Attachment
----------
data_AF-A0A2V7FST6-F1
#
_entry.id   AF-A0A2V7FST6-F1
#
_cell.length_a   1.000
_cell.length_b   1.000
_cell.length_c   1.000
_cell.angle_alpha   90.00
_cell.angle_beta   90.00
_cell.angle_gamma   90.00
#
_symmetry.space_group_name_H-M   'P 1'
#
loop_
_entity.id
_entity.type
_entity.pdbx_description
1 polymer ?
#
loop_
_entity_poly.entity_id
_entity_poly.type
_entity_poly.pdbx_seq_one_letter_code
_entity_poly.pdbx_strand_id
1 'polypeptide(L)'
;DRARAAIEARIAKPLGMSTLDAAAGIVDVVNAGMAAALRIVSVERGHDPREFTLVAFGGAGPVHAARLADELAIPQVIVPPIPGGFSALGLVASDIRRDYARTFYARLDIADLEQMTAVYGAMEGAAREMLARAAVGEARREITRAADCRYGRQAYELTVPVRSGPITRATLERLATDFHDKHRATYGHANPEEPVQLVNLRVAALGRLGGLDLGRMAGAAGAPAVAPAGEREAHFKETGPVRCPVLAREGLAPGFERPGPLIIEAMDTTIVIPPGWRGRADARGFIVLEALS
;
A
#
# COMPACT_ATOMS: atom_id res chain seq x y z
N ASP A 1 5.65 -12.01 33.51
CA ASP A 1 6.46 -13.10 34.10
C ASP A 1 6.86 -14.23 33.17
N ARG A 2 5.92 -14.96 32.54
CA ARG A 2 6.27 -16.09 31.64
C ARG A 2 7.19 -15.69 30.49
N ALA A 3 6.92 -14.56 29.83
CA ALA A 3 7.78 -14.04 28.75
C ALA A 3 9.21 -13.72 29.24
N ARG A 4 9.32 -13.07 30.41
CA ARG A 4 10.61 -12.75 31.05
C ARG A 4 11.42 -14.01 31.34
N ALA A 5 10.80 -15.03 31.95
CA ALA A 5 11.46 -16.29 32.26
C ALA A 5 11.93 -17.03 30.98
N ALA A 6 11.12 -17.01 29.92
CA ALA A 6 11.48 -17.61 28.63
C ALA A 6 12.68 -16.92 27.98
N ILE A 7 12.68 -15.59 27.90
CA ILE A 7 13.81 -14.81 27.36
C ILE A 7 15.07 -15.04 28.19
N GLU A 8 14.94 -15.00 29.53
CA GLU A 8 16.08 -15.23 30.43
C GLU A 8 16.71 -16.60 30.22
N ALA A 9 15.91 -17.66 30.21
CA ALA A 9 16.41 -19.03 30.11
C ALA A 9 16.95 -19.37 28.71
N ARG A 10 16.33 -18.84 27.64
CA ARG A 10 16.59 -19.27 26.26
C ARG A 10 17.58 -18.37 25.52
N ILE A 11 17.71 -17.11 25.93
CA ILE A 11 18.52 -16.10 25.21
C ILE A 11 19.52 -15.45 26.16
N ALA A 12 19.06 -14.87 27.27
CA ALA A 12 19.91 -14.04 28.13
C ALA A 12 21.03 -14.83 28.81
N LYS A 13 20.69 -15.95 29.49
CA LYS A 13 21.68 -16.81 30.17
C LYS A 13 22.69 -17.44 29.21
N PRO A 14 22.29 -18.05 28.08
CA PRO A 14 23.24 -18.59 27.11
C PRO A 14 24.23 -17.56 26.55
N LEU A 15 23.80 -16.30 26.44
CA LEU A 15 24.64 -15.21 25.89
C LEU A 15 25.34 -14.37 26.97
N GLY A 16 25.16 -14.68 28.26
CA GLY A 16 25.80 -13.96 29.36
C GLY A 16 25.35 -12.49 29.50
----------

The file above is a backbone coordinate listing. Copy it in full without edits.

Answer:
data_AF-A0A2V7FST6-F1
#
_entry.id   AF-A0A2V7FST6-F1
#
_cell.length_a   1.000
_cell.length_b   1.000
_cell.length_c   1.000
_cell.angle_alpha   90.00
_cell.angle_beta   90.00
_cell.angle_gamma   90.00
#
_symmetry.space_group_name_H-M   'P 1'
#
loop_
_entity.id
_entity.type
_entity.pdbx_description
1 polymer ?
#
loop_
_entity_poly.entity_id
_entity_poly.type
_entity_poly.pdbx_seq_one_letter_code
_entity_poly.pdbx_strand_id
1 'polypeptide(L)'
;DRARAAIEARIAKPLGMSTLDAAAGIVDVVNAGMAAALRIVSVERGHDPREFTLVAFGGAGPVHAARLADELAIPQVIVPPIPGGFSALGLVASDIRRDYARTFYARLDIADLEQMTAVYGAMEGAAREMLARAAVGEARREITRAADCRYGRQAYELTVPVRSGPITRATLERLATDFHDKHRATYGHANPEEPVQLVNLRVAALGRLGGLDLGRMAGAAGAPAVAPAGEREAHFKETGPVRCPVLAREGLAPGFERPGPLIIEAMDTTIVIPPGWRGRADARGFIVLEALS
;
A
#
# COMPACT_ATOMS: atom_id res chain seq x y z
N ASP A 1 5.65 -12.01 33.51
CA ASP A 1 6.46 -13.10 34.10
C ASP A 1 6.86 -14.23 33.17
N ARG A 2 5.92 -14.96 32.54
CA ARG A 2 6.27 -16.09 31.64
C ARG A 2 7.19 -15.69 30.49
N ALA A 3 6.92 -14.56 29.83
CA ALA A 3 7.78 -14.04 28.75
C ALA A 3 9.21 -13.72 29.24
N ARG A 4 9.32 -13.07 30.41
CA ARG A 4 10.61 -12.75 31.05
C ARG A 4 11.42 -14.01 31.34
N ALA A 5 10.80 -15.03 31.95
CA ALA A 5 11.46 -16.29 32.26
C ALA A 5 11.93 -17.03 30.98
N ALA A 6 11.12 -17.01 29.92
CA ALA A 6 11.48 -17.61 28.63
C ALA A 6 12.68 -16.92 27.98
N ILE A 7 12.68 -15.59 27.90
CA ILE A 7 13.81 -14.81 27.36
C ILE A 7 15.07 -15.04 28.19
N GLU A 8 14.94 -15.00 29.53
CA GLU A 8 16.08 -15.23 30.43
C GLU A 8 16.71 -16.60 30.22
N ALA A 9 15.91 -17.66 30.21
CA ALA A 9 16.41 -19.03 30.11
C ALA A 9 16.95 -19.37 28.71
N ARG A 10 16.33 -18.84 27.64
CA ARG A 10 16.59 -19.27 26.26
C ARG A 10 17.58 -18.37 25.52
N ILE A 11 17.71 -17.11 25.93
CA ILE A 11 18.52 -16.10 25.21
C ILE A 11 19.52 -15.45 26.16
N ALA A 12 19.06 -14.87 27.27
CA ALA A 12 19.91 -14.04 28.13
C ALA A 12 21.03 -14.83 28.81
N LYS A 13 20.69 -15.95 29.49
CA LYS A 13 21.68 -16.81 30.17
C LYS A 13 22.69 -17.44 29.21
N PRO A 14 22.29 -18.05 28.08
CA PRO A 14 23.24 -18.59 27.11
C PRO A 14 24.23 -17.56 26.55
N LEU A 15 23.80 -16.30 26.44
CA LEU A 15 24.64 -15.21 25.89
C LEU A 15 25.34 -14.37 26.97
N GLY A 16 25.16 -14.68 28.26
CA GLY A 16 25.80 -13.96 29.36
C GLY A 16 25.35 -12.49 29.50